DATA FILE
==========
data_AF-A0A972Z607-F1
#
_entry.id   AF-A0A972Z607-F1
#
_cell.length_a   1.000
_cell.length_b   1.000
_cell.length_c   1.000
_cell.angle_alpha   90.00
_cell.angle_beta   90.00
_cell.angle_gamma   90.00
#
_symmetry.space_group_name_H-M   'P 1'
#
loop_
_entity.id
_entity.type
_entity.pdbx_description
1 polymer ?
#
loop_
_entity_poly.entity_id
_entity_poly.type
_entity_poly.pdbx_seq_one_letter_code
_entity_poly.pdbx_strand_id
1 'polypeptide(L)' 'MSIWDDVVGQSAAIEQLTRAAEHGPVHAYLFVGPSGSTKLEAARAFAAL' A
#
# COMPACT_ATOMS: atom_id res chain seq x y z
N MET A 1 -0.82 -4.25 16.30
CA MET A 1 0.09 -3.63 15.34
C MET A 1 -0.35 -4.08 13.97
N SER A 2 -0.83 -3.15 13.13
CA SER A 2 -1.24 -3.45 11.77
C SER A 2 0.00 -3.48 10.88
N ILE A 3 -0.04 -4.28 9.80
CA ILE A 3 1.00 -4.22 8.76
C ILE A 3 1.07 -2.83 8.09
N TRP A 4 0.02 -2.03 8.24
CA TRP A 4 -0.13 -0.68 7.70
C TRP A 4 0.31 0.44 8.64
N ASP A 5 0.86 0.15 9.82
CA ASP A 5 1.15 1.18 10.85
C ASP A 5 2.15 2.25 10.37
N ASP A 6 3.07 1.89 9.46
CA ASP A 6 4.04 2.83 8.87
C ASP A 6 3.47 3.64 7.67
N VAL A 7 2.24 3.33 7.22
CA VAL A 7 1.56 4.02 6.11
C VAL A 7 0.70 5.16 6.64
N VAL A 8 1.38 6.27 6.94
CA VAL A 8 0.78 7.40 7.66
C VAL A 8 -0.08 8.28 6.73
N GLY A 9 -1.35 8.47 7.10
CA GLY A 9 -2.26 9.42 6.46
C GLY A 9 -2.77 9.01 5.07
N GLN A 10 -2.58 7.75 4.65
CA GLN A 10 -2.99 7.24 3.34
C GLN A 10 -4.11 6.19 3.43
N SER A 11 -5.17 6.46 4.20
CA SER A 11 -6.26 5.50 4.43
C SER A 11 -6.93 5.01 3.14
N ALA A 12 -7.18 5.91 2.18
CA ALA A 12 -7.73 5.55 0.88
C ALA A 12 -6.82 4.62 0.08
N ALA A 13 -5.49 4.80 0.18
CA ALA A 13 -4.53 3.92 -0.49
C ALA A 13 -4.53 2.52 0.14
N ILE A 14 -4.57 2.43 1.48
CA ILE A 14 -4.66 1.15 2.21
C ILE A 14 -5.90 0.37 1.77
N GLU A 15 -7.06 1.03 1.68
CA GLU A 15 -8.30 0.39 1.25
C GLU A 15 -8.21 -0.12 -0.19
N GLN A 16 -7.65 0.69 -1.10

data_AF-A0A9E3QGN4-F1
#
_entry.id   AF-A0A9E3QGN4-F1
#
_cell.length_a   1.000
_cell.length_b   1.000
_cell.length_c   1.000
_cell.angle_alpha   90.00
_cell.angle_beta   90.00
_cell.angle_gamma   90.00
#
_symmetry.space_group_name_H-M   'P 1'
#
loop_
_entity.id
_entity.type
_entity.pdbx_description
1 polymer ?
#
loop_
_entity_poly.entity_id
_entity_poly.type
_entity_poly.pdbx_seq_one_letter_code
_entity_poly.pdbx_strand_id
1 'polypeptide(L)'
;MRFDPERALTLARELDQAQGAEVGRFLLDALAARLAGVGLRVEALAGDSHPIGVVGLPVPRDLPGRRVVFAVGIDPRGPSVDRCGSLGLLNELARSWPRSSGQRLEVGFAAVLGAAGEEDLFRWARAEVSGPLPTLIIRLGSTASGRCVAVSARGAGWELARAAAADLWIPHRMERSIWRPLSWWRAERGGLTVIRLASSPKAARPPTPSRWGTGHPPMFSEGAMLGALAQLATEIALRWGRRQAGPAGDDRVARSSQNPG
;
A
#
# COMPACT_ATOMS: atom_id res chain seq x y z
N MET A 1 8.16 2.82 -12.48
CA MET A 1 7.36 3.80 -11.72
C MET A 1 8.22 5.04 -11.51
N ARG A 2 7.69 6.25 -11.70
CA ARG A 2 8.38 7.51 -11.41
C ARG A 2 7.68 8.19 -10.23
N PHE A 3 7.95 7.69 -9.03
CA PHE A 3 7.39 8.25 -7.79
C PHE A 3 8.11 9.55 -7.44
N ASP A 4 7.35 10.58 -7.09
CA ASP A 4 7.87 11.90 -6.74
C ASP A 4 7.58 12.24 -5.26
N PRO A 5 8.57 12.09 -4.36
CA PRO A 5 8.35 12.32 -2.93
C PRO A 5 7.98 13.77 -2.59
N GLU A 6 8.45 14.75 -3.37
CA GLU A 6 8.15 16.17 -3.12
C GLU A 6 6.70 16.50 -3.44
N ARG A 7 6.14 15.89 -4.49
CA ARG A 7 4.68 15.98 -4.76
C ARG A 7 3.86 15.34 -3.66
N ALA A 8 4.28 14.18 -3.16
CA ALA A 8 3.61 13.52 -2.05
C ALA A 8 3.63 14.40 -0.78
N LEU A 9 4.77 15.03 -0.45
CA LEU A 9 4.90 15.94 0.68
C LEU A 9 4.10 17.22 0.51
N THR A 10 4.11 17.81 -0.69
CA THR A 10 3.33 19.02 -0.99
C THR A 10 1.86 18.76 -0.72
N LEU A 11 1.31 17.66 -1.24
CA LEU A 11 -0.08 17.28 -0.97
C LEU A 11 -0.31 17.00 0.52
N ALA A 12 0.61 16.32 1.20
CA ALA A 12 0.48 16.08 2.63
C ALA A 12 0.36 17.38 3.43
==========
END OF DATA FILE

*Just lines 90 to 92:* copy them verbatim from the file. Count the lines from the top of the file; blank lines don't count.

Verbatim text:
_entity.pdbx_description
1 polymer ?
#